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The Intentional Stance (Bradford Books) Paperback – March 6, 1989

ISBN-13: 978-0262540537 ISBN-10: 0262540533 Edition: Reprint

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Product Details

  • Series: Bradford Books
  • Paperback: 400 pages
  • Publisher: A Bradford Book; Reprint edition (March 6, 1989)
  • Language: English
  • ISBN-10: 0262540533
  • ISBN-13: 978-0262540537
  • Product Dimensions: 9.1 x 5.9 x 0.8 inches
  • Shipping Weight: 1.5 pounds (View shipping rates and policies)
  • Average Customer Review: 3.7 out of 5 stars  See all reviews (6 customer reviews)
  • Amazon Best Sellers Rank: #804,105 in Books (See Top 100 in Books)

Editorial Reviews

Review

"Dennett's essays are vivid, witty and admirably provocative." P. N. Johnson­Laird , The London Review of Books



"This is Dennett in action: reflecting, joking, clarifying, criticizing - and always stimulating.... Anyone interested in the philosophy of mind will find both interest and excitement in these essays." Margaret Boden , Sussex University

About the Author

Daniel C. Dennett is University Professor and Austin B. Fletcher Professor of Philosophy at Tufts University. He is the author of Sweet Dreams: Philosophical Obstacles to a Science of Consciousness (MIT Press) and other books.

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Customer Reviews

3.7 out of 5 stars
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Most Helpful Customer Reviews

19 of 20 people found the following review helpful By S. J. Snyder on January 24, 2006
Format: Paperback
Anybody who wants to seriously wrestle with Dennett's thought on consciousness needs to start here, then move to "Consciousness Explained," and from there to "Freedom Evolves." (It is an update of "Elbow Room," which means that can be skipped. And, although it has some germs of Dennett's thought, "Brainstorms" can also be bypassed.)

Does one have to have a philosophy course touching on intentionality before reading this book? No, not if one is well-enough read in philosophy, psychology or sociology in general to grasp the background of Dennett's ideas.

I rate this a star higher than most of Dennett's later work primarily because it is more introductory, and so we see less of Dennett tripping himself up or avoiding some of the logical conclusions of his speculations.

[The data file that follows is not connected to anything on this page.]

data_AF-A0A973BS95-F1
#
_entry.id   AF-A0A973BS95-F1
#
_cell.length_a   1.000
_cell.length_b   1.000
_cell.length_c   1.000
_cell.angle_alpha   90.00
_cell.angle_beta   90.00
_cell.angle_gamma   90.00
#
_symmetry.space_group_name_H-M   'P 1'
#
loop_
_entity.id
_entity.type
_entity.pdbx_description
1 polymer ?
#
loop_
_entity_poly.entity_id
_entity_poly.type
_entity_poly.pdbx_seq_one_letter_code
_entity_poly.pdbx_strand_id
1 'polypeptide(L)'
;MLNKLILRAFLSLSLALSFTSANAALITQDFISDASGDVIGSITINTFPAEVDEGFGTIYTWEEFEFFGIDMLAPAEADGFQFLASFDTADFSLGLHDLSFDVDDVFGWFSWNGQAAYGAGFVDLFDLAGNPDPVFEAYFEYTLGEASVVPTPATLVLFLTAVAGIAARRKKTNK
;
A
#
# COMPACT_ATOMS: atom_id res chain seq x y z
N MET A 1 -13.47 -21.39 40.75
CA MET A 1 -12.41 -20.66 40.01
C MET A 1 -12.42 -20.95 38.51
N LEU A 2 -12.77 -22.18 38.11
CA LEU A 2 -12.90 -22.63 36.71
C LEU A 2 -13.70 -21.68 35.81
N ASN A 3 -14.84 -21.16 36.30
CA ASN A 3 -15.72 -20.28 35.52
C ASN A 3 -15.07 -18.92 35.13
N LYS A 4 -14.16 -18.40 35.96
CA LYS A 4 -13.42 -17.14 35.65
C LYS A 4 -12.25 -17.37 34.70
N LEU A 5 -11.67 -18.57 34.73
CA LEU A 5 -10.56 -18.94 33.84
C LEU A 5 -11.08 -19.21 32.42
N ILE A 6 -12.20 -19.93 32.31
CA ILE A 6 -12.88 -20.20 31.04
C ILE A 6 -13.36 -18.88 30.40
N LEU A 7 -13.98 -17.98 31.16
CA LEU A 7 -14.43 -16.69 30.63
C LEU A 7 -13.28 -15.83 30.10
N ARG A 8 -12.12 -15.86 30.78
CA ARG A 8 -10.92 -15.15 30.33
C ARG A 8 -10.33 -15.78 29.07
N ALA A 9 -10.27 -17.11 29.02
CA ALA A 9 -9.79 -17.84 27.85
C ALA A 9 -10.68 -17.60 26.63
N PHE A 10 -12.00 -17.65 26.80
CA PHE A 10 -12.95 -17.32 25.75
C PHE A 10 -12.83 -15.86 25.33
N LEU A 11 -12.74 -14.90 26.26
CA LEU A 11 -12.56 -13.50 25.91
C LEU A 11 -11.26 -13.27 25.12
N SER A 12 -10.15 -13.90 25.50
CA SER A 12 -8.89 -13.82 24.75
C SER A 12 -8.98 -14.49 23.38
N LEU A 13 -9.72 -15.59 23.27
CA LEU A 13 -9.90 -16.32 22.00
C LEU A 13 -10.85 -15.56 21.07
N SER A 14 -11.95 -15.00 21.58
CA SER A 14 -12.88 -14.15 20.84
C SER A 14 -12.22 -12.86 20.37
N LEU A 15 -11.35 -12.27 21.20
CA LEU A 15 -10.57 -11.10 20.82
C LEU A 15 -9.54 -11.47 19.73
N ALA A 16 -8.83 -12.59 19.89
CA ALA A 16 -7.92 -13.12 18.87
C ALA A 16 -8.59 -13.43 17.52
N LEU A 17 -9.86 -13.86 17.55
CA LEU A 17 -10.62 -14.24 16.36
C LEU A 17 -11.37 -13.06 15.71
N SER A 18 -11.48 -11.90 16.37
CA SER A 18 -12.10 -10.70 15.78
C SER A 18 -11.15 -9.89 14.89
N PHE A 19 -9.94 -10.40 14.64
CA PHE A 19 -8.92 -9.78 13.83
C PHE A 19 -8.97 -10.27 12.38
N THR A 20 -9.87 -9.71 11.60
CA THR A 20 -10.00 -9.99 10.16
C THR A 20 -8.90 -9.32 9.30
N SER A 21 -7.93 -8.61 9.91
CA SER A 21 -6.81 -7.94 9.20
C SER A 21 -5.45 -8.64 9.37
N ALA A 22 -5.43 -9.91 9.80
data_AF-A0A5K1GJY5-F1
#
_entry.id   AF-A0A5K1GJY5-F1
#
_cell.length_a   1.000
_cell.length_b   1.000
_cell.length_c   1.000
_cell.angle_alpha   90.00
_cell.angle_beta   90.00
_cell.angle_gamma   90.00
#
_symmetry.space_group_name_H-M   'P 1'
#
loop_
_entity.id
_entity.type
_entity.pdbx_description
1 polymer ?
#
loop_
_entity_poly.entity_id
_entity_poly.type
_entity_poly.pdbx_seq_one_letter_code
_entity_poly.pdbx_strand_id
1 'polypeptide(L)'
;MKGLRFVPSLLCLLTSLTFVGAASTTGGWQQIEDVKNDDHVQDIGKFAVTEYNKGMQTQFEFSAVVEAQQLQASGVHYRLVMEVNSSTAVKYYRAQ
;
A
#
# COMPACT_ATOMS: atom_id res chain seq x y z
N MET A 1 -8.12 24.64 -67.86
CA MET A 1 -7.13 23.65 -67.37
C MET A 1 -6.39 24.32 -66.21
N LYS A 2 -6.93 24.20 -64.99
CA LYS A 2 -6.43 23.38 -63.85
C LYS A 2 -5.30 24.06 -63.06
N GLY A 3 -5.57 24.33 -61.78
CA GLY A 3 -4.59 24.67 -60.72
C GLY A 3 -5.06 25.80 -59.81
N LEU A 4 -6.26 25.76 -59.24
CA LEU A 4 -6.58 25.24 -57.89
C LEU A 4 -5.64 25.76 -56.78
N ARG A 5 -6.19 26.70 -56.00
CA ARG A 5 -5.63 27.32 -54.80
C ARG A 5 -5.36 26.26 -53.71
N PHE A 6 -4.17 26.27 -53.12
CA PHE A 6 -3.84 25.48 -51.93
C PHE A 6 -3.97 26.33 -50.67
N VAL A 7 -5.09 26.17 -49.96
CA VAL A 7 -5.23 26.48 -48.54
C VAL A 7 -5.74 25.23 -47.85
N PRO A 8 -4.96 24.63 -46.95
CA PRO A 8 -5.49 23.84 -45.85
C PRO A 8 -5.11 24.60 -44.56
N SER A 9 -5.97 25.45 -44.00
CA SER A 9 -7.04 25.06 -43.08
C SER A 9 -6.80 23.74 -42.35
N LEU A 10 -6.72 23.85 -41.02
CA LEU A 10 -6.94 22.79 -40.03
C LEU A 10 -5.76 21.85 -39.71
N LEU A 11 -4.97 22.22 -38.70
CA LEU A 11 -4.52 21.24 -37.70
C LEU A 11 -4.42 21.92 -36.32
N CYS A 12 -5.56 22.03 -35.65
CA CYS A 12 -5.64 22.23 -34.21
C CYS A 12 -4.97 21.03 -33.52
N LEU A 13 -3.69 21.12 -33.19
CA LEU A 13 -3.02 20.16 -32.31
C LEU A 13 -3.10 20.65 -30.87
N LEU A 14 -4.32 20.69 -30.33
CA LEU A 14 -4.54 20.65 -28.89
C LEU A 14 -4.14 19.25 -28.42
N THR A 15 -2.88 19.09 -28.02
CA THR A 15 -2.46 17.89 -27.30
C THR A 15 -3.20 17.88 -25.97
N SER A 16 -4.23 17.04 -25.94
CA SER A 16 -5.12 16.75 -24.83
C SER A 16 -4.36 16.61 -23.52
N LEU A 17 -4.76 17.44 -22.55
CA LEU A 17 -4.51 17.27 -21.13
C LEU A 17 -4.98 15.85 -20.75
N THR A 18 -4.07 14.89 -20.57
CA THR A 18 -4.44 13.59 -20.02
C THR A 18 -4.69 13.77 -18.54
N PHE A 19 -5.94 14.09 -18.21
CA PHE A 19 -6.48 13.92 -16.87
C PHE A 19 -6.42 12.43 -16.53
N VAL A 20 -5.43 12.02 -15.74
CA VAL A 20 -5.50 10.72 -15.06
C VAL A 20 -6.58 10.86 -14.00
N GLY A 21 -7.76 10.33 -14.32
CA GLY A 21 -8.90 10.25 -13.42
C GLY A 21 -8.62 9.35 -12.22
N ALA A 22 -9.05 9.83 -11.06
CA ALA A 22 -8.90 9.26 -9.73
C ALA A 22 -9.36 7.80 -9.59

That said, Dennett is never dull or boring; agree or disagree, he will stimulate your thought.
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24 of 29 people found the following review helpful By J. Alfonso on February 15, 2003
Format: Paperback
I believe this work should be considered a classic given the enormous influence the articles in it have had on philosophy of mind, among other areas in philosophy. Much in here is stated more clearly about the Intentional Stance than it is in later works, such as Brain Children. That isn't a criticism. I think that around the time this work was published Dennett was more into legitimizing and explaining the Intentional Stance than into polishing up his account of mind. Indeed in later works, such as "Consciousness Explained" and "Kinds of Minds", he builds off the foundation he laid here to develop his account of mind more fully.
In IS, Dennett comments on just which philosophical schools he aligns himself with, for instance, interpretivism, methodological behaviorism, and functionalism. Part of the message to take home about exactly where he aligns himself is that it isn't really important to him. He lays his arguments down and lets others worry about whether that makes him an interpretivist or methodological behaviorist. A clearer statement of his position regarding categorization of his views can be found in the "Back to the Drawing Board" chapter in "Dennett and His Critics".
In later works, Dennett further clarifies in what sense the entities the Intentional Stance makes use of are real, entities such as beliefs and desires. The most important of these later works is probably "Real Patterns", which appears in "Brain Children". In short, beliefs are part of compression algorithms of behavior that has been subjected to radical interpretation (See Davidson) from the Intentional Stance. A compression algorithm is (you guessed it) something that compresses some series of data.
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1 of 1 people found the following review helpful By Richard H. on January 26, 2014
Format: Paperback Verified Purchase
I have not had the time to read it, but I hope to some day soon. I have always found Dennett's books interesting and very thought provoking.
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